May 26, 2020

Simplify the Management of Complex Passwords

Why and how you should use a password manager.


TDLR: Learn how to use a password manager.

Our online life is complicated. For every online service out there, we need an account and a password.

If you're working in the building sector like me, you would at least have a login for your laptop, Microsoft Exchange account, Aconex or Procore, Dropbox, Google Account, Apple Account... etc.

Despite this, things are sort of looking up. Logins are becoming simplified through social logins (connect to your Google Account or Microsoft Exchange Account). But not everything can or should be connected this way.

A costly security risk

Let me guess. This is how you create a password: you have the same or similar variation of a password for all the accounts you use at work. You might even use the same password for both personal accounts and for work. This poses a serious security risk.

How often do we hear about online scams? We usually comfort ourselves by saying "oh that will never happen to me". The bad news is that we're actually not that special. Ever wonder why websites are asking you to create ever more complex passwords? Because hacking is so common nowadays and passwords are the first line of defence.

I personally know of a business owner who's lost $100,000s because their email got hacked. The hackers logged into their email, copied how they sent their invoices and then sent similar invoices with their bank accounts to their clients. They then deleted the sent emails and left no trace. The business owners didn't realise until a month later.

The least you can do is to have unique and complex passwords for all your accounts. And you should never mix work and personal passwords.

On average, you will have approximately 100 accounts (I have more than 136 at the moment). Imagine, if I figured out the password to one of your accounts, how many accounts do you think I will be able to hack into? 20%? 50%? 90%? Can you imagine if I pretended to be you and asked your clients to pay to my bank account? And an invoice in the Building Industry ain't cheap. We don't like to imagine these hypothetical situations but this is the reality we live in.

Password Managers to the Rescue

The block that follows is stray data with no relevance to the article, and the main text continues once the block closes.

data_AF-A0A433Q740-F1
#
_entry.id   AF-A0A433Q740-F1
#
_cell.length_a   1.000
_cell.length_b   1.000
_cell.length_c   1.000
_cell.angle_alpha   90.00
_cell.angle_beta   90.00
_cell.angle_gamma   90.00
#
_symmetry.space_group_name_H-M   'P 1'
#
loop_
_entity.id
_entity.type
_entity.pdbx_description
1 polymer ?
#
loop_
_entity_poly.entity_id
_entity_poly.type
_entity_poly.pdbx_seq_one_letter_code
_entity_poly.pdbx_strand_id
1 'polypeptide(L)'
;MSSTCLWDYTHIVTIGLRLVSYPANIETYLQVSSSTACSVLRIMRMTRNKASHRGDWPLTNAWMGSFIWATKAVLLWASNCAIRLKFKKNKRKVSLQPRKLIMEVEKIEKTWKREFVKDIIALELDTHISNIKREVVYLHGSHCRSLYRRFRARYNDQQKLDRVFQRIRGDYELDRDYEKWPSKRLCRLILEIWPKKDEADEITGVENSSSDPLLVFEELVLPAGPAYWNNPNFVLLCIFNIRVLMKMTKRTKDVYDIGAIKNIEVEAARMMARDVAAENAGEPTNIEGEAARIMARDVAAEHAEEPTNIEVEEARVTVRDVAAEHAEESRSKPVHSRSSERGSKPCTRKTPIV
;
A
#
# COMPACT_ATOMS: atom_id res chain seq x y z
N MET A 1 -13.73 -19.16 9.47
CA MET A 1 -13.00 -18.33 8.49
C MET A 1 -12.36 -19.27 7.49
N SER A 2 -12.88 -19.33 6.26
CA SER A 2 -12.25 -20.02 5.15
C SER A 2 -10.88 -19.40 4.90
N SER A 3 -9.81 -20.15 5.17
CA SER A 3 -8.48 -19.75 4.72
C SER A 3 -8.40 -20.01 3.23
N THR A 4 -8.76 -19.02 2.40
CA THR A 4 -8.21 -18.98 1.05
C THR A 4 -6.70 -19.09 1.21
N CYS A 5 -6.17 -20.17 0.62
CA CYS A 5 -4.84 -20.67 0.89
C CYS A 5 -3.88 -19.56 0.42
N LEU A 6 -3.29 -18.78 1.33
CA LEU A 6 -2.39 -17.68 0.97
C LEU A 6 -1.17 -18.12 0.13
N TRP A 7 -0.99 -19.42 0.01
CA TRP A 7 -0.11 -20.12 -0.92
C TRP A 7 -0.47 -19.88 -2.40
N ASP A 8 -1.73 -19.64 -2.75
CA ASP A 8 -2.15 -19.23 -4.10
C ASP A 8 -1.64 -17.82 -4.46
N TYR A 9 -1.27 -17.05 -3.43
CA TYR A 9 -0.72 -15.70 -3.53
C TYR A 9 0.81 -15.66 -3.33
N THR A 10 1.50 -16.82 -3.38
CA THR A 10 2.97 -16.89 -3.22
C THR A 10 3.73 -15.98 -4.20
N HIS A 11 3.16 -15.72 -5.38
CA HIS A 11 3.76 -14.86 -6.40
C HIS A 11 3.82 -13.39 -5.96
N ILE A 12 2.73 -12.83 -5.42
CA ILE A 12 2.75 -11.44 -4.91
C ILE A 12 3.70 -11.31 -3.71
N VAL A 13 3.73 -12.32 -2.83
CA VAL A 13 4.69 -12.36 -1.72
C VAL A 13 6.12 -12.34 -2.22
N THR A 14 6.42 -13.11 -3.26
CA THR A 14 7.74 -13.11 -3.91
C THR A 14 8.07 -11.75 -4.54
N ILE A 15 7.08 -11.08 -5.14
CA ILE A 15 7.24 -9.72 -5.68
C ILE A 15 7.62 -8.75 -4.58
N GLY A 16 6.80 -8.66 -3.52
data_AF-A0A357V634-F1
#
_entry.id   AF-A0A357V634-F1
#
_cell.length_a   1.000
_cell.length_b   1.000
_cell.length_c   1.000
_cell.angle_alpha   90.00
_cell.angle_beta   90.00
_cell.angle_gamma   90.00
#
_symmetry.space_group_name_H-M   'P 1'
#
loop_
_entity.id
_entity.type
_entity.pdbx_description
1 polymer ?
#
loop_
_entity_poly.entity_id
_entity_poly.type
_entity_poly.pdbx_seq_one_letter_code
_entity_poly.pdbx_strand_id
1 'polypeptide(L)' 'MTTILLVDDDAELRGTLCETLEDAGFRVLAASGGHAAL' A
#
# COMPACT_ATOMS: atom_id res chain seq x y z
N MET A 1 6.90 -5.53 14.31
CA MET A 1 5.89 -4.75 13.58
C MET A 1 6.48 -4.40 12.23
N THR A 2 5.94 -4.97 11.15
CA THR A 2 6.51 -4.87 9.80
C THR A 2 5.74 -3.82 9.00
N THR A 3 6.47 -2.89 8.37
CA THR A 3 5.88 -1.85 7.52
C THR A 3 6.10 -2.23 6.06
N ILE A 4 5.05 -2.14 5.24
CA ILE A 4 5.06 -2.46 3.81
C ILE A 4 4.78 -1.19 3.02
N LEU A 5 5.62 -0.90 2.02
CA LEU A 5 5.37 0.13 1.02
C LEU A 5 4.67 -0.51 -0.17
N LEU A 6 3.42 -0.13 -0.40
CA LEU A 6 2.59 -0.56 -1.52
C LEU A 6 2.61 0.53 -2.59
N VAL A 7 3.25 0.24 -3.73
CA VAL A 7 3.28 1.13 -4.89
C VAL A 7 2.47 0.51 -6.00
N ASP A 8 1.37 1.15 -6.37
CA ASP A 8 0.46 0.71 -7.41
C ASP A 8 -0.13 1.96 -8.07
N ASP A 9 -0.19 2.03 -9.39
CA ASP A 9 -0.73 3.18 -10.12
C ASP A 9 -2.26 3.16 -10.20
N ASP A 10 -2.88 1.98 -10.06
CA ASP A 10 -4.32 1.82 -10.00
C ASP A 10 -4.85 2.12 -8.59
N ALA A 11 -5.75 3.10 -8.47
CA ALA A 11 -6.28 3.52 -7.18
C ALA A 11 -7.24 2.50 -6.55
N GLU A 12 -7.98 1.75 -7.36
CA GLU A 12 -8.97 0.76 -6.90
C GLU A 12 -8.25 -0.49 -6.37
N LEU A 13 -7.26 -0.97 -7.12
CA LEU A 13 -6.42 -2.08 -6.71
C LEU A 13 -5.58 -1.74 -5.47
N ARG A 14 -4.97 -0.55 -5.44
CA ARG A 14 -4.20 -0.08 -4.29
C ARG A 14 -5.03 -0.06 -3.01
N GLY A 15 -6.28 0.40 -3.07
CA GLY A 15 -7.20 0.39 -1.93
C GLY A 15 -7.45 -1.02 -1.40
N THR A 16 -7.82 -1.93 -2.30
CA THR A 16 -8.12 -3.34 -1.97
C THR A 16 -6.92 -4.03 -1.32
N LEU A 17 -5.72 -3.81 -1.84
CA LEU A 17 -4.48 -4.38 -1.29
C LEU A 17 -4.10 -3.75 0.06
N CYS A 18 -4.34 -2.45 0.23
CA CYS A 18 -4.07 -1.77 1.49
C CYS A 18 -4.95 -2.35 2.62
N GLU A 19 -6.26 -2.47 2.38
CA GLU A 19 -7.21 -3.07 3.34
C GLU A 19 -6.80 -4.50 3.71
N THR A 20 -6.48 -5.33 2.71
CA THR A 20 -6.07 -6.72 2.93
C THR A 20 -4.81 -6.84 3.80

enpass-screenshot-01.jpg

What you need to do is to have a password manager so that you can easily use unique passwords for logins. I strongly believe that training and the use of password managers should enforced by all companies.

For me, I needed one which was simple, low cost and was able to work on Android, Windows and Linux which is what I use at home. I have been successfully using Enpass.io for over 2 years now and I can say it is easy to use. It's a little buggy on Android (as of 2020) but I can live with that.

There are other ones out there including Last Pass and 1Password. You should check out also Firefox Lockwise

How it Works

You need to think of one complex password for the password manager. Here is a screenshot of my list of accounts.

enpass-screenshot-02.jpg

Every time you need to create an account online, add the details on your password manager as well.

When coming up with the password, don't be the creative one to think of the password (because your creativity may be lacking). Let the password manager do the work for you.

enpass-screenshot-03.jpg

Every time you need to login to the site, log into Enpass and copy the password over. That's it. It's faster than trying 5 different passwords, being locked out of your account and then having to reset your password. It's cheaper than being hacked online.

Read an article about creating strong passwords by Mozilla

Go forth, and be safe!


passwords security

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